Neighboring residents care deeply about the quality of these buildings and have tried to provide input on how the buildings can best fit into the neighborhood context. Many attended a 4 hour “design workshop” hosted by the developers on a Saturday in February, but the SCC discouraged any discussion of the actual buildings being proposed. A later presentation of the current design raised concerns that the proposed five story buildings were out of scale with surrounding buildings, impacting views and the character of the neighborhood, and preventing the creation of any type of community space on the site. Many were also concerned about increasing traffic through the quiet residential streets of Prospect Hill by requiring those living in the SCC building to travel up and around Union Square and the hill to access a poorly considered parking entrance on one-way Boston Street.
While the SCC considers these negative impacts justified by the “community good” their development will provide, many actual members of the community being affected disagree. Creating a project that embodies a shared vision means listening to the concerns of community members and integrating them in a building design that serves both existing and future residents.
On Thursday June 20th the Somerville Planning Board will consider whether the buildings that have been proposed not only meet the minimums and maximums allowed by zoning but satisfy the vision and ideals embodied in Somervision and the Union Square Zoning Ordinance. Considering its many shortcomings, the Planning Board should reject this project as proposed and request revisions that address the many concerns that have been raised. Those who support the idea of this project should look closely at the plans being proposed and advocate for a project that addresses community concerns and provides the best possible home for the new residents who will live there.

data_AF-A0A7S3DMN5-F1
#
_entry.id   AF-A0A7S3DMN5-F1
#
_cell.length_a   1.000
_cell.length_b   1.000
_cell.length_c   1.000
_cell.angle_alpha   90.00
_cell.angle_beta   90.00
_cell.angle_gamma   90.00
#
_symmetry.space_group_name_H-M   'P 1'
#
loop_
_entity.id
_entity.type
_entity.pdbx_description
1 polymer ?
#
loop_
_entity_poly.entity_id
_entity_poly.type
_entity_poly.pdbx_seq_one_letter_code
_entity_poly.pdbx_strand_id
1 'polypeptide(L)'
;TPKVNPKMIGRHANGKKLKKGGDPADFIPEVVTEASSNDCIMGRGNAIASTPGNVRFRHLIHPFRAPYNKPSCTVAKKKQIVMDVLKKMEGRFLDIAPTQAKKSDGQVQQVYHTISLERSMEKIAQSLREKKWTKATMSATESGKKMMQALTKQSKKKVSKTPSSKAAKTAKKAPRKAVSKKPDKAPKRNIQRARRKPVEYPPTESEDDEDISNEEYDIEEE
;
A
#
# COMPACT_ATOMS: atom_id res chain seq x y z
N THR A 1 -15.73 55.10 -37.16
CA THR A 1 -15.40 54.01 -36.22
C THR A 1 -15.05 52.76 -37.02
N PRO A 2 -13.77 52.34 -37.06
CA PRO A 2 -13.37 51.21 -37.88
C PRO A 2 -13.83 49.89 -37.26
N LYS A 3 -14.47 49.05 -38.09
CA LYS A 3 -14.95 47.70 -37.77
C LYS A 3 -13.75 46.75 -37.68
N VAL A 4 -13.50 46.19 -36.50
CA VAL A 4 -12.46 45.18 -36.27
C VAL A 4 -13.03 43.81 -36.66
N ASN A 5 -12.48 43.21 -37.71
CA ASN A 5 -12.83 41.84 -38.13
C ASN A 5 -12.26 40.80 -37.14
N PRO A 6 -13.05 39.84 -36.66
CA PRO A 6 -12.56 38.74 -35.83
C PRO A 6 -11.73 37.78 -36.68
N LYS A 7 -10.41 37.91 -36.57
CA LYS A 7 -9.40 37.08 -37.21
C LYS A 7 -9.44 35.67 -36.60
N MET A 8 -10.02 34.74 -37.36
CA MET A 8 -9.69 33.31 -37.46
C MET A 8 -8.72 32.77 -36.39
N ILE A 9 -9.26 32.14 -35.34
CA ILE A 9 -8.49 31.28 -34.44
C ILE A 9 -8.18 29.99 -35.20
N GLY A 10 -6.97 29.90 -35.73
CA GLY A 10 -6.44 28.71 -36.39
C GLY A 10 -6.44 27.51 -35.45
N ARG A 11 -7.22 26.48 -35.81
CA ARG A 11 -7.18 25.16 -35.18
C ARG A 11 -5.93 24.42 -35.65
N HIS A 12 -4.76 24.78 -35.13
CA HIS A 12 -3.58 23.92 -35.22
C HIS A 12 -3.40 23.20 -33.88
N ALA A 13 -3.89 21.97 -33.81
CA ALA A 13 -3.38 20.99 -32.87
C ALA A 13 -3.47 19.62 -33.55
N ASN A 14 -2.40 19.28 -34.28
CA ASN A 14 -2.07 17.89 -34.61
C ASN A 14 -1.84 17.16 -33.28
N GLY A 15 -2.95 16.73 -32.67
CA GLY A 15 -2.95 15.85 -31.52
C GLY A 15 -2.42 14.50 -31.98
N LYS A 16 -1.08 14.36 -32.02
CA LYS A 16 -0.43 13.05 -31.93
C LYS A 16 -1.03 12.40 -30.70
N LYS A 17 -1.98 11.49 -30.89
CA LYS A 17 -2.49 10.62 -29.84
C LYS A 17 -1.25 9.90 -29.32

Creating four story buildings instead of five story buildings could address many of the concerns with the project by reducing the building height and mass. Reduced density also means fewer cars to park, freeing up space to provide the amenities that have been promised and the type of public spaces that are desired.
The arrival of the green line does not mean that the improvement of this area is inevitable – there are many neighborhoods around T stops that few feel comfortable in. Articulating ideas for this place is not enough – the ideas need to be backed by a building proposal that actually embodies the community’s vision and reflects the interesting and unique character we all love about Union Square. A smaller project would be a better project, maintaining the neighborhood character which is the reason many have chosen to live here. This will also allow the flexibility to create spaces that make these new homes a part of Mayor Curtatone’s vision to create a city that is an exceptional place to live, work, play and raise a family. Somerville has come too far to accept developments that don’t meet the aspirations of our Somervision plan. New development should create places that will be treasured by generations to come. For the future of this corner of Somerville, hopefully we can do better.
Tim & Shu Talun